The Black Horse, also on Friargate, would give most pubs a run for tradition and atmosphere.
The Continental, on South Meadow Lane, has got the culture category wrapped up  and The Saddle Inn, in Lea, has more outdoor attractions than a theme park.
But, in the all important live music category, The Mad Ferret, on Fylde Road could face any similar venue without shame or fear.
Many places will stick on a live band to bash out a few covers on a Friday night to sell a few more pints, but here is a pub whose owner clearly has a real passion for live music.
Throughout the week, every week, music fans pack the pub to hear live bands playing original material.
From rookie musicians having their first taste of live performance at the open mic night, to popular signed acts or more obscure experimental music, it is all covered in a week’s line-up.
One of things which has surprised me since I have been going is how much of it is free.
There have been numerous occasions I have walked home after seeing three really good acts thinking I would have been happy to pay to go in.
Then again, I think I probably just had a couple of extra pints to compensate.
Set across from the students’ union The Mad Ferret is inevitably a big draw for many students but it should not put off music fans of any age.
Preston’s nightlife may fall short in volume and variety but with our elite battalion of Pub Craft World Champions marauding ever onwards, we can take comfort in the knowledge that quality is better than quantity.

Saturday, 24 September 2011

The Black Bull, Pope Lane, Penwortham

Foraging a hoppy trail of discovery across the country’s finest pubs, Camra those discerning connoisseurs of all things ale, search far and wide for perfection in a pint glass.
Taste, body, texture, temperature, these hawk-eyed experts can analyse it all in a gulp.
And, in scenes reminiscent of film Gladiator when deposed General Maximus Decimus Meridius, (Russell Crowe), stands in the Coliseum waiting to learn his fate at the raising or lowering of his thumb, their rulings are the final word in pubs and beer.
If you were to somehow swap Crowe for a plucky landlord trying to make sure his beer his kept ‘chiller cool’ and Emperor Commodus (Joaquin Phoenix) with a chap holding a clip board and possibly sporting a beard, you will get the idea.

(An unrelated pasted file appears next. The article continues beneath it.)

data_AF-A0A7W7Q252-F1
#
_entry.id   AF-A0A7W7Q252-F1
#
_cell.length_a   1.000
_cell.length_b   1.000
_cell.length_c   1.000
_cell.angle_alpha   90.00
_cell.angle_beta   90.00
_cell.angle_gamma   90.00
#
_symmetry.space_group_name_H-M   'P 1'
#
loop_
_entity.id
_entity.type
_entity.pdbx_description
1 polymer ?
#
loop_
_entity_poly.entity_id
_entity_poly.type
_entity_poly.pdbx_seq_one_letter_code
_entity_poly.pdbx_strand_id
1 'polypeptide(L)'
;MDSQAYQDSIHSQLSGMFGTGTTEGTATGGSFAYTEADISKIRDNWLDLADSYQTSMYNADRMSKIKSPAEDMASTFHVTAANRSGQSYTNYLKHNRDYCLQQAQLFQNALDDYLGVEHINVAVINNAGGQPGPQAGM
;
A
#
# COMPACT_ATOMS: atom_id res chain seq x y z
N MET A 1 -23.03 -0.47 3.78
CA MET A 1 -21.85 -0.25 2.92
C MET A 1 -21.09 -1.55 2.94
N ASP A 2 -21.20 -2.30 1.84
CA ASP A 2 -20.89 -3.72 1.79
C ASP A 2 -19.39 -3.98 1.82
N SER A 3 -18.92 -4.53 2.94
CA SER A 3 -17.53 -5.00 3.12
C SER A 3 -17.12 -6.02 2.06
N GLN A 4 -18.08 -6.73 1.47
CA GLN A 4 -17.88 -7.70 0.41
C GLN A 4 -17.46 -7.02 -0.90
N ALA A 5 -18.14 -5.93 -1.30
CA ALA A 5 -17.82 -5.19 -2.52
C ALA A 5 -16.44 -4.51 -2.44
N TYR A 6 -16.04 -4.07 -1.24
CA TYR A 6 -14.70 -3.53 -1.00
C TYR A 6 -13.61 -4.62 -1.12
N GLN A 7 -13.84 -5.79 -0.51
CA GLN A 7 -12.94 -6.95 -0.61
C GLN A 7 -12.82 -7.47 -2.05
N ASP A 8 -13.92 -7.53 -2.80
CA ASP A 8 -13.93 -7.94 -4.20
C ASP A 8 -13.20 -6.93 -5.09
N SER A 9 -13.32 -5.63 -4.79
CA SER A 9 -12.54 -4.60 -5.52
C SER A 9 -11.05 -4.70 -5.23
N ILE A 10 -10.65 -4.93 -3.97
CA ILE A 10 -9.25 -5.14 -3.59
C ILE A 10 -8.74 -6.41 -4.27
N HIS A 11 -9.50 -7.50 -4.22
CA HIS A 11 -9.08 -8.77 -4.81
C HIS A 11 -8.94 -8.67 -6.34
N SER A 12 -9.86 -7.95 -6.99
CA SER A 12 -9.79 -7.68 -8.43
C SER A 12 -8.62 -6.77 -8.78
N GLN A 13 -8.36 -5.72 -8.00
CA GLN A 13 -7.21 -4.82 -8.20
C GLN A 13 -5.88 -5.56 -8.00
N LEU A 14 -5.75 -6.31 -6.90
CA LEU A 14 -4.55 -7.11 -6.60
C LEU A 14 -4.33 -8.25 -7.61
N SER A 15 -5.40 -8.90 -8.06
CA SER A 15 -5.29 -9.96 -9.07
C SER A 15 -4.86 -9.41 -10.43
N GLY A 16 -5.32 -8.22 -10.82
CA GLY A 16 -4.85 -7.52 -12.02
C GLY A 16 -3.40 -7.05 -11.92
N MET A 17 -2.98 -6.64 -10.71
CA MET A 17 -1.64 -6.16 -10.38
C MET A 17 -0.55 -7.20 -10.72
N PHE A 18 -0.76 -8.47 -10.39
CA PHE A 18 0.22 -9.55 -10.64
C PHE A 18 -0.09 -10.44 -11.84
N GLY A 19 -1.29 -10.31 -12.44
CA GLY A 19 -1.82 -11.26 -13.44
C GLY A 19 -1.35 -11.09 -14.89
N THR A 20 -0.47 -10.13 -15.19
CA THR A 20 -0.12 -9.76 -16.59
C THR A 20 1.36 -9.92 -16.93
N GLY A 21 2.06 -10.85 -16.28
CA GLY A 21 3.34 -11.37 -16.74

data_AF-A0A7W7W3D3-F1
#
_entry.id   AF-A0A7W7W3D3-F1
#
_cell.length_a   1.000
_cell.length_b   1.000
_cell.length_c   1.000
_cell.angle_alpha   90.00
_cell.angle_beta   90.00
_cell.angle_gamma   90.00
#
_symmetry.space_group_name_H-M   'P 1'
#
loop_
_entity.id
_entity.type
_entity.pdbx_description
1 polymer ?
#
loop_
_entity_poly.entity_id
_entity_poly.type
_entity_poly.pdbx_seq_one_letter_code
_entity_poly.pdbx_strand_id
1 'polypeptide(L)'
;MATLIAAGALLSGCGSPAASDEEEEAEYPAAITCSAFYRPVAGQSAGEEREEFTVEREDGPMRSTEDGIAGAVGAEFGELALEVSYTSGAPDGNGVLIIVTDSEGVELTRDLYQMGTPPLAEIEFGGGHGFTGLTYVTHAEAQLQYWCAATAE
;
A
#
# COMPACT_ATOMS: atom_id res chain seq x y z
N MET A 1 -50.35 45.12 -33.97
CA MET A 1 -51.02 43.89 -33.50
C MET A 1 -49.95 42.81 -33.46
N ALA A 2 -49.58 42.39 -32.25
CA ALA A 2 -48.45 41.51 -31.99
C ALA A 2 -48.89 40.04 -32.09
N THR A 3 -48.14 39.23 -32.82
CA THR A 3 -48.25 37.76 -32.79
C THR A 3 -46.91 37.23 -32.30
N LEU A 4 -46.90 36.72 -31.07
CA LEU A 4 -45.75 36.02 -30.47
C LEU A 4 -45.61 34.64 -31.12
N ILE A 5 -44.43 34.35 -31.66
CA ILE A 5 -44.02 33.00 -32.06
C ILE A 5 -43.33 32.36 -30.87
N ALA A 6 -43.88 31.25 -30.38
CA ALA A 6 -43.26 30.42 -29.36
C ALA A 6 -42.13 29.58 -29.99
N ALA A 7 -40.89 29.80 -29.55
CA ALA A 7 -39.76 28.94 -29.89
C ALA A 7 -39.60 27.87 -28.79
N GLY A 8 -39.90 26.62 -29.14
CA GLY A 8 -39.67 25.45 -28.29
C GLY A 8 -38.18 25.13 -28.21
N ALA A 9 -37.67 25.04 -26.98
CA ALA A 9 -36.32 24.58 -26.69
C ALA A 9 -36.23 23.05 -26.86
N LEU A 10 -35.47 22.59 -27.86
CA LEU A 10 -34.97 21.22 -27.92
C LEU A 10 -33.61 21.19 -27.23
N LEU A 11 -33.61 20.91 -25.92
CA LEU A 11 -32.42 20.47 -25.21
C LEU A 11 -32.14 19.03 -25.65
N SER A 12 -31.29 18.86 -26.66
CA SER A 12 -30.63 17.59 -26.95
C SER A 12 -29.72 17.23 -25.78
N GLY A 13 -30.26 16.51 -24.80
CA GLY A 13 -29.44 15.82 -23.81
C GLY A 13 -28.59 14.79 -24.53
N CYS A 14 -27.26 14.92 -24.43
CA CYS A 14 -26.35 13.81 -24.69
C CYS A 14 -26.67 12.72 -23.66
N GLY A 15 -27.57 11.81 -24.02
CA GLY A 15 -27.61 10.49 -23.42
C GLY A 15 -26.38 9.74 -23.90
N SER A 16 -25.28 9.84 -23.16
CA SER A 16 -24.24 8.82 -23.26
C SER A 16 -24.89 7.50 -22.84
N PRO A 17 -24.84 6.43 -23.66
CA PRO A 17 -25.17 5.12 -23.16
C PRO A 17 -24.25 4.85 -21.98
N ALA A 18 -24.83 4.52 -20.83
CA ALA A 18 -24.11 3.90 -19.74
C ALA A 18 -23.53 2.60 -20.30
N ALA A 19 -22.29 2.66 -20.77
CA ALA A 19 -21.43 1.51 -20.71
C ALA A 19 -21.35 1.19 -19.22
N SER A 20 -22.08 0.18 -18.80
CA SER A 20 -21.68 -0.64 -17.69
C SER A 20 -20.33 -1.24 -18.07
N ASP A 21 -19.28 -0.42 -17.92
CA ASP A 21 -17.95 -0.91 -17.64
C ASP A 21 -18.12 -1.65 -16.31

So, where marauding force leads, I follow at a safe distance like a peasant feeding off their scraps.
One of the new entries into Camra’s Good Beer Guide empire is The Black Bull, tucked away in a corner of Penwortham.
Having never been before, I was struck by its appearance, which resembles a rural pub in a quaint country village, as opposed to its actual home, plonked among hundreds of houses and a row of shops. 
Then on the inside, I was a little surprised again, that with a swathe of green paint across all the walls from waist height downwards, the interior did not quite match the impression I formed moments earlier.
After a scoot around the pub my friends and I found one of the few remaining unoccupied tables and I settled down for a pint of Moorhouse’s Blond Witch, chosen to toast the sun having emerged for the first time that day.
The pub was comfortably busy when we arrived early last Saturday evening and a steady stream flowed through the door and straight to the bar throughout the evening.
With friendly staff, a good atmosphere and crucially for the Camra battle chiefs, up to  four well-kept real ales, The Black Bull has based its success on the real values a pub should hold, without resorting to fancy revamps or new-look images.
A valued and honourable foot soldier for the Camra battalions indeed.

Friday, 16 September 2011

Sun Inn, Windy Street, Chipping

I recently went for a cycle ride into the Ribble Valley, but as soon as I hit Chipping,  and the Sun Inn, I knew my ride could well be over after just a few measly miles.
I stood outside gazing as families, friends and locals ambled in for a pint and a spot of Sunday dinner, realising their afternoon’s plans were infinitely more appealing than mine.
I would like to say it was willpower alone which kept me away, but in reality I realised there probably would not be many buses to get me home again on a Sunday.